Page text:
Satire has been permanently ransacked. I mean, what’s the use of continuing the effort to make fun of things when the surreal becomes the commonplace? One example is Tom DeLay’s appearance on Dancing with the Stars last month when he cavorted about, and in karaoke style, mouthed the words to The Troggs’s 1966 hit “Wild Thing.” For a moment, even I was speechless. The Troggs, a Brit band, named their group as a lark after the term troglodyte. Life imitates art. Tom DeLay is the real thing. Next, they’ll bring on Bernie Madoff to dance the hora and sing “Havah Nagilah.” Tom DeLay gives crooks a bad name. While his associates remain in prison for cheating American Indians over fake casino schemes, Tom, a former pest controller before becoming a pest in the House of Representatives, now takes lowbrow taste to new heights with the happy assistance of Disney ABC. Heigh-ho. Go ahead, Tom, sue me. Then I can put on my hi-heel sneakers, and appear on “Dancing with the Defendants.” ... Speaking of Disney, the new Disney Family Museum opens in the Presidio this month. I can’t tell you how thrilled I am to know this. Perhaps Tom DeLay will greet you at the door. He’ll be dressed as Goofy. …
So glad that’s out of my system. Charlie Mandel is reviving his old Media People publication, this one online, of course. “I want only positive, terrific writing from journalists these days,” says Charlie. “Emphasize positive.” Unlike the preceding paragraph, I guess. Charlie once said the USA Today is wonderful: “I learn less than I knew before I picked it up.” Not so positive. … Brandy Marts is positively the new president of the board of the North Beach Chamber of Commerce. She assures me there’s no truth to the rumor that one of the saints at Peter and Paul will be laid off during the recession. Well, someone’s gotta celebrate Mass at Gino & Carlo. … Speaking of saints, we regret to report that Ray Piccinini, the celebrated waiter at The Stinking Rose on Columbus, died on Sept. 24 at Kaiser Hospital after a short illness. He was a real charmer, a generous and funny man. Ray so dazzled King Abdullah II of Jordan and Queen Raina one night at the restaurant, the royal couple invited Frank and his wife Pamela to the palace in Amman for a visit. For over 40 years Ray would cheer up sick kids on Easter at S.F. hospitals, dressed in a bunny suit. …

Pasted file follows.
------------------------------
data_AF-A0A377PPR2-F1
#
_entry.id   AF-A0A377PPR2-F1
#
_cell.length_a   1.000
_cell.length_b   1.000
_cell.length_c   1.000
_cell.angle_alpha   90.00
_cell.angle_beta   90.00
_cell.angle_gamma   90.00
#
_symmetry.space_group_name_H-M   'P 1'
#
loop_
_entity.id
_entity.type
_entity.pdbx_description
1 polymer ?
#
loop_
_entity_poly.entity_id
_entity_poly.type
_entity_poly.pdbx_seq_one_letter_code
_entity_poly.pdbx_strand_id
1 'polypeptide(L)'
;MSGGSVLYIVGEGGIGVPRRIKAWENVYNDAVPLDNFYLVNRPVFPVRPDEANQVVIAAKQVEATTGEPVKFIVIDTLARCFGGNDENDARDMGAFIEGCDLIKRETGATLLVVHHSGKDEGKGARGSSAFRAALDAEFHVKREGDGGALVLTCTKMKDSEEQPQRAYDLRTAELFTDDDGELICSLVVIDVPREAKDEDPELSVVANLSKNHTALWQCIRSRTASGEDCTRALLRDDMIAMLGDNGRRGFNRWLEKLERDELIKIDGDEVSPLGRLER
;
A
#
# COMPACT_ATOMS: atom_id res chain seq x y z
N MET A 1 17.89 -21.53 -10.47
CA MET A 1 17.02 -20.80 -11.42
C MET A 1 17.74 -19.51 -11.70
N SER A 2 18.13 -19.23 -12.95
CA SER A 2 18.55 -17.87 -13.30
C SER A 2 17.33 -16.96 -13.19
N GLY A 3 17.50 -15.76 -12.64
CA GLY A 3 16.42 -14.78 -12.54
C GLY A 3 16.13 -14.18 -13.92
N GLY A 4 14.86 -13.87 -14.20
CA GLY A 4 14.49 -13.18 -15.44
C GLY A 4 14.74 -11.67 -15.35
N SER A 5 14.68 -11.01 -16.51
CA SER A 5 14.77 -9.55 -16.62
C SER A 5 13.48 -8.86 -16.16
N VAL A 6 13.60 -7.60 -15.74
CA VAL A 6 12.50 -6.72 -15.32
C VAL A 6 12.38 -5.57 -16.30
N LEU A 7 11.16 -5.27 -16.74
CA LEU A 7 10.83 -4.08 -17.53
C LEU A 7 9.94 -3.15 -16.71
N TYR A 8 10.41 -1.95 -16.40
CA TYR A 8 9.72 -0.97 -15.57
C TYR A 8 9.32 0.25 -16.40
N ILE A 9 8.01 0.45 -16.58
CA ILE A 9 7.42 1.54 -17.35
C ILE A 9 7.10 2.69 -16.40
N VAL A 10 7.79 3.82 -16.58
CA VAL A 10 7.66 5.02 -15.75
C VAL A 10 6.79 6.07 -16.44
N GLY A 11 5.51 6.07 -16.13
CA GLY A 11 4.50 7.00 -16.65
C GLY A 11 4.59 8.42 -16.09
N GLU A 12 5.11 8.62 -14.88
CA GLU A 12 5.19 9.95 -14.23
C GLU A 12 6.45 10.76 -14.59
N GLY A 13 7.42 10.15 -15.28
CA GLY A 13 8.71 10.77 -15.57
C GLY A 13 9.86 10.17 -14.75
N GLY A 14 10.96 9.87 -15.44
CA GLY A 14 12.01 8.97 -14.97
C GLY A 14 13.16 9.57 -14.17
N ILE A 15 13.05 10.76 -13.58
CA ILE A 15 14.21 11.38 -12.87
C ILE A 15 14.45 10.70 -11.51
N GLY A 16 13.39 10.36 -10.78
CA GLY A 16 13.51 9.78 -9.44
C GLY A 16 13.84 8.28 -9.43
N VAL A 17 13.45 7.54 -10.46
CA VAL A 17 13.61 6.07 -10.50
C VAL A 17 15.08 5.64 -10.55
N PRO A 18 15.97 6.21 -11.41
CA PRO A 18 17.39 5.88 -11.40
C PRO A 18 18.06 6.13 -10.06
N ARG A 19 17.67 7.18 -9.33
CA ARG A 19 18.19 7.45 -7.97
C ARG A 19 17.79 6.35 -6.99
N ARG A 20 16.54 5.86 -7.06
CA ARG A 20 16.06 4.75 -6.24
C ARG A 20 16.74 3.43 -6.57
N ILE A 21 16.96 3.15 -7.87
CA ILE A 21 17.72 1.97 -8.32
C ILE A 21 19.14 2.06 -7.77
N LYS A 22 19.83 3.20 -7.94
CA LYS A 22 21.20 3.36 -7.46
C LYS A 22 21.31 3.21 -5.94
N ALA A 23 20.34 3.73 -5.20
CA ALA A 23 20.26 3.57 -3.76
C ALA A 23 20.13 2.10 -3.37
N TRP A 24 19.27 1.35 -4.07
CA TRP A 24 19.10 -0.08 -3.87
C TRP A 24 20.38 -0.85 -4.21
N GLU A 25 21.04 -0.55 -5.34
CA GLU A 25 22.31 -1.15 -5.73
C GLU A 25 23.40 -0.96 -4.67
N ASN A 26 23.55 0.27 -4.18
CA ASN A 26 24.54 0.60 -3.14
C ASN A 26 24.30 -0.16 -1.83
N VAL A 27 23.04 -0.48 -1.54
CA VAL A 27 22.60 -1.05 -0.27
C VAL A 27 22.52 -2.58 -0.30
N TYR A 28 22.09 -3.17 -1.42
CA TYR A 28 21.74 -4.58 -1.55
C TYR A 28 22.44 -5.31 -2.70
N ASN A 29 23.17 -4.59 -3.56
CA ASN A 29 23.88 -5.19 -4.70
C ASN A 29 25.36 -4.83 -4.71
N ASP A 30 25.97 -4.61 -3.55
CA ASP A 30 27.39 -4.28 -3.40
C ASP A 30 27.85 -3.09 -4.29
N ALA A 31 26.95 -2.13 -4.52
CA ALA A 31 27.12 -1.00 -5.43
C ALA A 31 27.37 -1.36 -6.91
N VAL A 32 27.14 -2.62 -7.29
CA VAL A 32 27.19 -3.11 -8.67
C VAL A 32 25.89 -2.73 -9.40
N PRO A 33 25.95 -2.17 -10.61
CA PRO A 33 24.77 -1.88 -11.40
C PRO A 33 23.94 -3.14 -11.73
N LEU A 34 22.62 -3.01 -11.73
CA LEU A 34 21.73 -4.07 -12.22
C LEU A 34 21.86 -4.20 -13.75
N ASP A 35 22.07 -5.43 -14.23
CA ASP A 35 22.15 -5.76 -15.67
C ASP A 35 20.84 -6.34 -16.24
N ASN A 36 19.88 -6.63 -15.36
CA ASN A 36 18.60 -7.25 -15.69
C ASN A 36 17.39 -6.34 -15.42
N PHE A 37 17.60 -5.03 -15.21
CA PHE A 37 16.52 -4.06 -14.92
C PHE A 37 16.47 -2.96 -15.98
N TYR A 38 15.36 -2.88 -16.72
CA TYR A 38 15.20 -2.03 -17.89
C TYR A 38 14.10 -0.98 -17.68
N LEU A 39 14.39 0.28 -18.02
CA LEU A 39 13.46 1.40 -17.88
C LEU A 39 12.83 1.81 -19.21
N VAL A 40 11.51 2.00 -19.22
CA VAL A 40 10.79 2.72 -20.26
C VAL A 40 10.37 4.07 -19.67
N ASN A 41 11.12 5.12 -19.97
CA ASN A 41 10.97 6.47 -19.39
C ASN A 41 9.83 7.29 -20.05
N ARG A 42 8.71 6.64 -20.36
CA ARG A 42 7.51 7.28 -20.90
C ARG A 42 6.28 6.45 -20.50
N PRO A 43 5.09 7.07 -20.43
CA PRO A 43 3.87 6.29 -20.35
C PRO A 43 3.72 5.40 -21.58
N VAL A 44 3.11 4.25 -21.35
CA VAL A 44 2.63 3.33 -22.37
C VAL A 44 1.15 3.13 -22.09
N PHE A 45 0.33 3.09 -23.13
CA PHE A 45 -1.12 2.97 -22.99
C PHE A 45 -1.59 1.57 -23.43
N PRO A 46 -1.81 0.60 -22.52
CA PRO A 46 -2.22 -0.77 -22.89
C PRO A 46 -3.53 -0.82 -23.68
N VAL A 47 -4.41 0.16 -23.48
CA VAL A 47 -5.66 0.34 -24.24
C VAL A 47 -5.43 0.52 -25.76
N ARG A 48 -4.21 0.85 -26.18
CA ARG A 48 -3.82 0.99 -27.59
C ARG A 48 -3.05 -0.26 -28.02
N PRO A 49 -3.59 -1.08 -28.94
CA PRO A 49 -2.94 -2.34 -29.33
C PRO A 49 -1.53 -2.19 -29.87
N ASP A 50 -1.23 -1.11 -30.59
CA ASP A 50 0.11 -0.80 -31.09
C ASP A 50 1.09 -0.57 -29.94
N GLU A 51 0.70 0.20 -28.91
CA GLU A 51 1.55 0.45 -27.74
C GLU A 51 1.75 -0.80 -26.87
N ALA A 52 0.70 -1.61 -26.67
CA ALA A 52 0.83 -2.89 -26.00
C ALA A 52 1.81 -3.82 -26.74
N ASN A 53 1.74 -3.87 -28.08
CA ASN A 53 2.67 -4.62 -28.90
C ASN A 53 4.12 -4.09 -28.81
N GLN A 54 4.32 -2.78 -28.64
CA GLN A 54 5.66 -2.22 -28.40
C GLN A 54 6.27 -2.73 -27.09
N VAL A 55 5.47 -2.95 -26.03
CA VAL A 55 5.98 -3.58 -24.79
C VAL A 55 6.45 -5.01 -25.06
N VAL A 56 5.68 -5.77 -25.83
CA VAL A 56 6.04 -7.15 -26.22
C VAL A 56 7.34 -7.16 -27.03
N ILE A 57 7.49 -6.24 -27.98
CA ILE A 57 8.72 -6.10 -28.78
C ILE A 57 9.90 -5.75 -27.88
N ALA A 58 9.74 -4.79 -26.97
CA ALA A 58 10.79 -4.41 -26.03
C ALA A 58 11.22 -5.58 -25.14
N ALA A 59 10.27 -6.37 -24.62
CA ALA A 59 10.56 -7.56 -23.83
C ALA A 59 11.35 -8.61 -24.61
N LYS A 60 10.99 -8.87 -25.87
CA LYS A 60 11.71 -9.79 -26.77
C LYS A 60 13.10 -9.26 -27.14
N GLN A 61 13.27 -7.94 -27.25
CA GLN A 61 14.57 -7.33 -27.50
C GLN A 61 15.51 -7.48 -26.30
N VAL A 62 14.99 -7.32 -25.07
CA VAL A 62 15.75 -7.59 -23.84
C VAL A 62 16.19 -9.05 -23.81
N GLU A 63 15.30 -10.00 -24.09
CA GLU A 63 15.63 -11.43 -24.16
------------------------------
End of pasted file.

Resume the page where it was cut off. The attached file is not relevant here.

Actors Joe Bologna and Renée Taylor haven’t been able to get back to S.F. lately, mostly tied up with rebuilding their house in Beverly Hills. Joe, droll as ever, says, “We had an unlimited budget and we exceeded it.” … Norm Goldblatt is also an assiduous watcher of the economy in Silicon Valley. “Still bad down here,” says Norm. “Special at Outback Steakhouse? Sub-prime rib. Don’t order it. Too risky.” …
Mary Travers died on Sept. 16 at the age of 72. Of course, she was the Mary in Peter, Paul & Mary. Her parents were journalists and organizers of the Newspaper Guild. I ran into Mary back in the 1990s at the dim sum place on Battery Street, Yank Sing. Appropriate name, now that I think about it. I chatted her up at the bar. I asked her how she and the group got its hands on an obscure Bob Dylan song called, “Too Much of Nothing.” Mary told me it was a song that Dylan couldn’t fit onto one of his LPs. “Speaking of old times,” said I, “I was just talking to Enrico Banducci at his restaurant up in North Beach a little while ago. I bet he’d love to see you.”
You’ll recall that Peter, Paul & Mary got a break in the wee, small hours of the 1960s by playing at the hungry i in San Francisco, owned by Enrico.
She scribbled a note on a cocktail napkin for me to carry to Banducci, thanking him for launching her career.
I said to Mary, “This would be a whole lot better if you just carry the note yourself.”
She replied, “I can’t. Too many years have passed. I’m too embarrassed to face him now.”
I dutifully carried the cocktail napkin back to Enrico’s and gave it to Banducci. Naturally,
he regarded me with disgust and said, “You couldn’t do better than this? How come she didn’t come in person?”
Mary was a real sweetheart – there was an air of kindness and authenticity about her.
Peter Yarrow, the Peter in Peter, Paul & Mary, sent me an e-mail after Mary died.
“Contrasting with the times when we were at odds or ‘figuring it out’,” wrote Peter, “when those moments of beautiful flight of spirits joined on stage, particularly at benefits and marches, or even when we found that ‘sweet spot’ in our testing and debating our differing perspectives on issues, or the aesthetic value of a piece of music or art, the sense of the security of our ‘family’ was reasserted. Such moments kept us humble in our awareness of the great privilege of our association and, of course, kept us together.”
Fifty years of singing, fighting for causes or fighting each other, yet staying together – that’s quite a legacy, a very positive one. … Heigh-ho …
Bruce Bellingham is the author of Bellingham by the Bay. He’s been wandering lately. Not so much a troglodyte – more of a Meanderthal. Get his attention at email@example.com